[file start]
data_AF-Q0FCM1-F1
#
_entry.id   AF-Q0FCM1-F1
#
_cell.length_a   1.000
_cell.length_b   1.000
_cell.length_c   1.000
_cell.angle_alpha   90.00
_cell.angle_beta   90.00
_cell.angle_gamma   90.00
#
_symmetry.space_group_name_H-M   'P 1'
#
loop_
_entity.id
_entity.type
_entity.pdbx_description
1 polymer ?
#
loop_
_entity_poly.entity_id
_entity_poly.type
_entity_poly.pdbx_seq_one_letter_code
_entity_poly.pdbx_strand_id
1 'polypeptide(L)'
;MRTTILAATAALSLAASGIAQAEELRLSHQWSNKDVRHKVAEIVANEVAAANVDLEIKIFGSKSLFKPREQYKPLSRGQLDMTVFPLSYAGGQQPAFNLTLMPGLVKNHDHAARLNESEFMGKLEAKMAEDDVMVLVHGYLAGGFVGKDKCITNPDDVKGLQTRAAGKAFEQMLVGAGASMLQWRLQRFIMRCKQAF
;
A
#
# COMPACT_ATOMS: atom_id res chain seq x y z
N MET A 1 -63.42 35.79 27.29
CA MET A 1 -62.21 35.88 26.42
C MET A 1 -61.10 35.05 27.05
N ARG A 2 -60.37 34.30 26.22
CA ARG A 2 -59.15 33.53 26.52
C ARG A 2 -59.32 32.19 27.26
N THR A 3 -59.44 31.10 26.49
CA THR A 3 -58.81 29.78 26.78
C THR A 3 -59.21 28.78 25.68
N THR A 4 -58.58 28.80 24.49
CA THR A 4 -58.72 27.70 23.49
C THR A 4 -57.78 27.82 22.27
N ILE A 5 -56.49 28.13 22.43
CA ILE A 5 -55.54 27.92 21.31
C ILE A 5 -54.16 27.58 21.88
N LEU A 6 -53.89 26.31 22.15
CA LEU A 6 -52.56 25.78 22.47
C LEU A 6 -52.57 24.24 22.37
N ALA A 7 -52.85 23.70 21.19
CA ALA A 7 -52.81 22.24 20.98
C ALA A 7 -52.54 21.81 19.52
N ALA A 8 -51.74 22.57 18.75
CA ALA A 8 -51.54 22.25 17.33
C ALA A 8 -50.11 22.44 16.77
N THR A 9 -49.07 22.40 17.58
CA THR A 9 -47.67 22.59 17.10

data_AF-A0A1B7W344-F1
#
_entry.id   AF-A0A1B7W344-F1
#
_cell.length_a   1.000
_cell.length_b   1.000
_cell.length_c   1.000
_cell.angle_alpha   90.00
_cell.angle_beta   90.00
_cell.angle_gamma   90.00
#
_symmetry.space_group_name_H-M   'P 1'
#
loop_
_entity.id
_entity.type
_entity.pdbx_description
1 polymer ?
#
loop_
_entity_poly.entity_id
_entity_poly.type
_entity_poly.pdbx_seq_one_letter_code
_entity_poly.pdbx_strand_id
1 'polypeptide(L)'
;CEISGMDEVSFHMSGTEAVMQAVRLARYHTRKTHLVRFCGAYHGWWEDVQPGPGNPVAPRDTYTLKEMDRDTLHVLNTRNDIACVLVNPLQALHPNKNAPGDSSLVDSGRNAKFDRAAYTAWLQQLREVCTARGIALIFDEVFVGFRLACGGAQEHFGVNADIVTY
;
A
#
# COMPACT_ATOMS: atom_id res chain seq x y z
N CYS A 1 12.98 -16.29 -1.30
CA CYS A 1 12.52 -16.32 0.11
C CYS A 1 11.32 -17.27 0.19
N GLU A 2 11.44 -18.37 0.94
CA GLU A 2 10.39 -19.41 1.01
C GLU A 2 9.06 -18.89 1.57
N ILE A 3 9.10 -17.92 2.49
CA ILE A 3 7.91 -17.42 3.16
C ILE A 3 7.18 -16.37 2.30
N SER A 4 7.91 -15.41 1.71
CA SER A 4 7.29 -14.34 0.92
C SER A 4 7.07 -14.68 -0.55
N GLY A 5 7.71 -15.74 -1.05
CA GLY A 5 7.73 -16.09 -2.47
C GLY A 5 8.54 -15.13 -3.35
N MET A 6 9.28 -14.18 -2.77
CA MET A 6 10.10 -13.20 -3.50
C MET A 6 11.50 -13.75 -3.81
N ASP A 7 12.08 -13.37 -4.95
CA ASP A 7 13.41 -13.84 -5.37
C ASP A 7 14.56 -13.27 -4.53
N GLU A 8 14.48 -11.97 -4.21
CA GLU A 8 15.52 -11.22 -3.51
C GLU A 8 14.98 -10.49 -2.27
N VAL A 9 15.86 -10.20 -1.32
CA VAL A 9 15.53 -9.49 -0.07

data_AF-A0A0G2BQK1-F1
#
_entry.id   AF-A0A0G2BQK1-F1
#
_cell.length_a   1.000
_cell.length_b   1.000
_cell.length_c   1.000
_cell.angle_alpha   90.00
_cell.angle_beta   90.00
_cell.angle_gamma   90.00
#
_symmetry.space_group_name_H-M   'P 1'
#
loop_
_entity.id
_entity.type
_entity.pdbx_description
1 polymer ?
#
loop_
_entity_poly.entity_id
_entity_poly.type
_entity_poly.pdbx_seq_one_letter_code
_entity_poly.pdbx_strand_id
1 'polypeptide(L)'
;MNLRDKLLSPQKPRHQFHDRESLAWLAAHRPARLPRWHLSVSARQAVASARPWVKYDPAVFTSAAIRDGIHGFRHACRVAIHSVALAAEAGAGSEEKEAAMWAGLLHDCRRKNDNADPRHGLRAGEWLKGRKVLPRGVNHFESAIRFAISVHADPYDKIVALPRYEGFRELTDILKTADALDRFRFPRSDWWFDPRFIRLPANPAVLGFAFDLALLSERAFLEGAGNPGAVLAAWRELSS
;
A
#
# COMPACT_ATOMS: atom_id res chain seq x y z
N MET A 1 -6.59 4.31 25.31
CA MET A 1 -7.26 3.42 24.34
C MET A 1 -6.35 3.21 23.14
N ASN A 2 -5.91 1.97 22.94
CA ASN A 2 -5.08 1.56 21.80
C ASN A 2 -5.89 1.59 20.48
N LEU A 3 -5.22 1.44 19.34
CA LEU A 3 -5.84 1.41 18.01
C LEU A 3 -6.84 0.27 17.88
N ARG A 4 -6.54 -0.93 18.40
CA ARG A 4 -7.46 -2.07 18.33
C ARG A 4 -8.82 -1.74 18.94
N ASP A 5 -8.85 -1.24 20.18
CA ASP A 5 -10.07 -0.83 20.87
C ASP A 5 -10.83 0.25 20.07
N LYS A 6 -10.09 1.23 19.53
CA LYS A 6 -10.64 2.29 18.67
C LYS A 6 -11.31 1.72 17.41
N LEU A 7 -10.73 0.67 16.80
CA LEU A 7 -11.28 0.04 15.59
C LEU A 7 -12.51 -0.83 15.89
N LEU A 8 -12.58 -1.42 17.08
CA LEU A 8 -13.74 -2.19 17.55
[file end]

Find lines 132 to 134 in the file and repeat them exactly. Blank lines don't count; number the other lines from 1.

loop_
_entity_poly.entity_id
_entity_poly.type